IN THE EUROPEAN CRISIS.
ern Slavs were utterly neglected, and though in Dalmatia the Croat language was introduced into the administration, this was done not to satisfy the Slav majority, but simply to annoy the Italian minority. Trieste was invaded by Viennese and Berlin capital—Trieste, which not less than Prague, is coveted by the Pangermans as the starting-point for Suez and the East. The anti-Slav policy of the Magyars is too notorious to require special treatment here. King Milan's policy is an illustration of how the Austrians are willing to extend toleration to the Balkan Slavs, when they accept thraldom.
This anti-Slav policy culminated, after the annexation of Bosnia-Herzegovina, in unreasoning hostility to Serbia, and the present war is its logical outcome—the continuation of the policy inaugurated by the mediaeval Empire.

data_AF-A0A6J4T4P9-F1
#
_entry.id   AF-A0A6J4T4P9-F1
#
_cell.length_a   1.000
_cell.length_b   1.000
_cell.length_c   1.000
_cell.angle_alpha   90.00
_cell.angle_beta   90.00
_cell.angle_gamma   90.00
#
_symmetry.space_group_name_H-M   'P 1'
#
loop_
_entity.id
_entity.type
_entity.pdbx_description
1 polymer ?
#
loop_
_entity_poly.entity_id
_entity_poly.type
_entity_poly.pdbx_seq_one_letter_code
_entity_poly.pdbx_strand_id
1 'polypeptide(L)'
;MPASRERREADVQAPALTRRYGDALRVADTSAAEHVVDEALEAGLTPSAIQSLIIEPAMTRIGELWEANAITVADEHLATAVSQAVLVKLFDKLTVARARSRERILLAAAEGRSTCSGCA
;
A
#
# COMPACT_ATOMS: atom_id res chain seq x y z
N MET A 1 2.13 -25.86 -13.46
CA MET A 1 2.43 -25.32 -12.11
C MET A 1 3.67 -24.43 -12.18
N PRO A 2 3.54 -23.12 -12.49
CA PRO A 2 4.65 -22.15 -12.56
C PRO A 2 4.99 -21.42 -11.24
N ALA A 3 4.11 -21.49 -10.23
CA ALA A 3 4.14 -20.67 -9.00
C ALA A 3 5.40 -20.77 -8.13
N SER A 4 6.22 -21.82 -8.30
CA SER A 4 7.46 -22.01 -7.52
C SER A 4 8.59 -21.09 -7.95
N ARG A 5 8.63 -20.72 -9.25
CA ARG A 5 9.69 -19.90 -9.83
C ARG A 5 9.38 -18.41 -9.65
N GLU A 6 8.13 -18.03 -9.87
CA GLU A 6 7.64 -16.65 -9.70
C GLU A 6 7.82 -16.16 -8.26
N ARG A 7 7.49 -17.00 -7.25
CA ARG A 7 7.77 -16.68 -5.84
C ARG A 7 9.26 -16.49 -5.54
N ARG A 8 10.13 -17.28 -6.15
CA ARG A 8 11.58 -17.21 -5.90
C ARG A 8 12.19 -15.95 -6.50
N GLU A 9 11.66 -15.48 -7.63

Though essentially anti-Slav, the Pangermanism of Germany and Austria-Hungary threatens the Western nations in Africa and Asia, and has welded together Slavs, Latins, and British. In this vast struggle the place of the Czecho-Slovaks can only be on the side of the Slavs and of the Western nations; not only their geographical position, but their whole historical development and national programme forces them to join those who have proclaimed as their aim the respect for nationalities and liberation of all nations, great and small, the crushing of Prussian militarism, and consequently the inner regeneration of Europe as a whole. The national ideals of Bohemia and her Reformation are unrealisable in Austria-Hungary, where the organisation of Brute Force secures to the minority the means of exploiting the majority. Bohemia can never accept the ideal of Prussia and Germany, which would enslave the world by military drill and Machiavellian misuse of science and culture. The German is a strange mixture of the schoolmaster and the bully; he first knocks his opponent down and then gives him a lecture and a sermon.